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Water charges will be delayed says Noonan

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Finance Minister Michael Noonan

Finance Minister Michael Noonan

Steve Humphreys

Finance Minister Michael Noonan

FINANCE Minister Michael Noonan said water charges may not be introduced until the latter half of 2014 or even the following year.

Speaking at Dell's plant in Limerick today, Mr Noonan said discussions with the Troika and the pace of how long it takes to roll out the metering system will determine when people are charged for water usage.

"What is at issue is the timing of the introduction of the water charges.

"We thought that water charges would come in from January 1, 2014 but the progress of the roll out of the metering is a little slower than anticipated.

"As the Tanaiste said we will not be introducing water charges from January 1, 2014 but Brendan Howlin and myself will have to discuss with the Troika what the date of introduction will be.

"Whether that date will be at the back end of 2014 or whether it would extend into 2015, we are not quite sure yet.

"It depends first of all on the attitude of the Troika, but it also depends on the pace of the roll out of the metering by the new water board," Mr Noonan said.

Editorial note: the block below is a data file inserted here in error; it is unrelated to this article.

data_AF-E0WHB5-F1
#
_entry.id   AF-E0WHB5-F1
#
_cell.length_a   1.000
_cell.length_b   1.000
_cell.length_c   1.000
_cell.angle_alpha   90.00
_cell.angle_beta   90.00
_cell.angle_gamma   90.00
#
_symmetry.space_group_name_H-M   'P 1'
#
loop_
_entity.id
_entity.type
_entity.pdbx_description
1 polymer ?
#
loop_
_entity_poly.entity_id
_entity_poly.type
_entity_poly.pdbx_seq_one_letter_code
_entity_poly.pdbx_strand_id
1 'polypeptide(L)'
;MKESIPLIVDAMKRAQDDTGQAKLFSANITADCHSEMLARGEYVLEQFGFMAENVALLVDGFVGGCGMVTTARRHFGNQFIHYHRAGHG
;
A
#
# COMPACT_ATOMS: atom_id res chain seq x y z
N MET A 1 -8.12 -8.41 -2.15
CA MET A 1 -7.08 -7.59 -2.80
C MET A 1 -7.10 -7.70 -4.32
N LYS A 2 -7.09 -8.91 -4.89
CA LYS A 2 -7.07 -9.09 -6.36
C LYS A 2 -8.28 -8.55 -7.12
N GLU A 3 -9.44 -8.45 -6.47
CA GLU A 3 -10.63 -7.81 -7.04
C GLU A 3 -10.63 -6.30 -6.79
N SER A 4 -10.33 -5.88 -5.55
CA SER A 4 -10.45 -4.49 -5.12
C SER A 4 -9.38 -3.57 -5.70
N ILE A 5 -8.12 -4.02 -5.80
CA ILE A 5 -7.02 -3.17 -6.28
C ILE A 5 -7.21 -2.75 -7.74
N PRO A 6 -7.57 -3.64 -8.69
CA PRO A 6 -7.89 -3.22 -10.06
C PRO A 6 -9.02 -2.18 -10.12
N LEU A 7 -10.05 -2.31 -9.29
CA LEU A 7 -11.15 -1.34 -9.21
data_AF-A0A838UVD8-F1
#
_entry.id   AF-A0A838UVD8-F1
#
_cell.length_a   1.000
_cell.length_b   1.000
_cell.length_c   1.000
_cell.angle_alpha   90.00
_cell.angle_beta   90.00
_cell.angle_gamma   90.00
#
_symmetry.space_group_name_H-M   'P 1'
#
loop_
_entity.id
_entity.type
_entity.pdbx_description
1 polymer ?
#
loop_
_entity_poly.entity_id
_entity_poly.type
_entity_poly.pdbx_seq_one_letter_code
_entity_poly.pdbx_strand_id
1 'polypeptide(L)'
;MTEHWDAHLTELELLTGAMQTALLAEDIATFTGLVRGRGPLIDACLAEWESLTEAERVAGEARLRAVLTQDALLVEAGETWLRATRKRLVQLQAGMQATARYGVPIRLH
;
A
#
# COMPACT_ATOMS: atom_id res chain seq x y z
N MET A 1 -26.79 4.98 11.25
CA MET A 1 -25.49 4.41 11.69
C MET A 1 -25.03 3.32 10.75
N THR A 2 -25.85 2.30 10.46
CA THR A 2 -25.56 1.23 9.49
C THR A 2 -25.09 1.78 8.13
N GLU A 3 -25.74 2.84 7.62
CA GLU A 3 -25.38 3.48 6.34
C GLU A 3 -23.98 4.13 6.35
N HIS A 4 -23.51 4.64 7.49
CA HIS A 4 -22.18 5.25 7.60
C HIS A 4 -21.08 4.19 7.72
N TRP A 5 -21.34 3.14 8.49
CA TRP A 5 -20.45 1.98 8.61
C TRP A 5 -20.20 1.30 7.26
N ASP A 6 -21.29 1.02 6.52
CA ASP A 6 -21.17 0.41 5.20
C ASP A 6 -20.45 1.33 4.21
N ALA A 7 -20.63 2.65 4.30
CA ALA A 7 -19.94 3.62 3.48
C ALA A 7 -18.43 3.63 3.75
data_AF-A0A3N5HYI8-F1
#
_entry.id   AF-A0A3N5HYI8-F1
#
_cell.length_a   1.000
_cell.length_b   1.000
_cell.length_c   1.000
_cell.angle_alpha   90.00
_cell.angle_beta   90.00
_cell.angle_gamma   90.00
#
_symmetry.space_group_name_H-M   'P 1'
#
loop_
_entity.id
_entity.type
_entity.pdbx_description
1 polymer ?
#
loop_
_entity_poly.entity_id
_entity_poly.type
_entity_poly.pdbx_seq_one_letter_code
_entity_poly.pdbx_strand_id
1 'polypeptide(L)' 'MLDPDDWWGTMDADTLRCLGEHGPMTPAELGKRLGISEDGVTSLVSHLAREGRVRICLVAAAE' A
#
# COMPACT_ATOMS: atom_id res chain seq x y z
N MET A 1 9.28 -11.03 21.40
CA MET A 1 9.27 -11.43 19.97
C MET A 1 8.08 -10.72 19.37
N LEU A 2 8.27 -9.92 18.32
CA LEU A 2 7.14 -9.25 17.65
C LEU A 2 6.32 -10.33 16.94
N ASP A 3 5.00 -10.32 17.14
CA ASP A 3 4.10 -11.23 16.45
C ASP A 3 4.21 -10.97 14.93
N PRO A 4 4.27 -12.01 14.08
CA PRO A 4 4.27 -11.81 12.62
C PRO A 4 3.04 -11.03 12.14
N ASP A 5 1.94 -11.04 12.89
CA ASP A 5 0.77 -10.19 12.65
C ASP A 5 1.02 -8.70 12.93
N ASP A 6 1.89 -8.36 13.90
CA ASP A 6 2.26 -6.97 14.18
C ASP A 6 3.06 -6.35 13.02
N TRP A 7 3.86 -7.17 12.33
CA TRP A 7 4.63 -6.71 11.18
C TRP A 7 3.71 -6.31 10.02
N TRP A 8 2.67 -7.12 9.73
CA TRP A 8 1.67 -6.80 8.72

Asked whether an introductory flat rate for water could be introduced, Mr Noonan said discussions with the Troika have yet to conclude on the issue.

"We are still involved on negotiating the detail. I am not too sure what the Troika will bring to the table by way of proposals on their side.

"On the water charges issue, part of the bailout programme negotiated between the Fianna Fáil-Green government and the Troika involved the introduction of water charges.

"The present government agrees there should be water charges because water is a very scarce resource internationally and in Ireland.

"The best way of controlling its usage is by charging so there will be water charges.

Mr Noonan also said John Moran - secretary general of the department of finance - is doing an excellent job.

Mr Moran is being asked to explain correspondence between him and two controversial British billionaires, David and Frederick Barclay.

"John Moran is a very innovative secretary of the department of finance and he is doing an excellent job and will continue, as far as I'm concerned to carry out the functions of secretary general of the department of finance.

Asked if Mr Moran had acted properly, Mr Noonan replied "absolutely".

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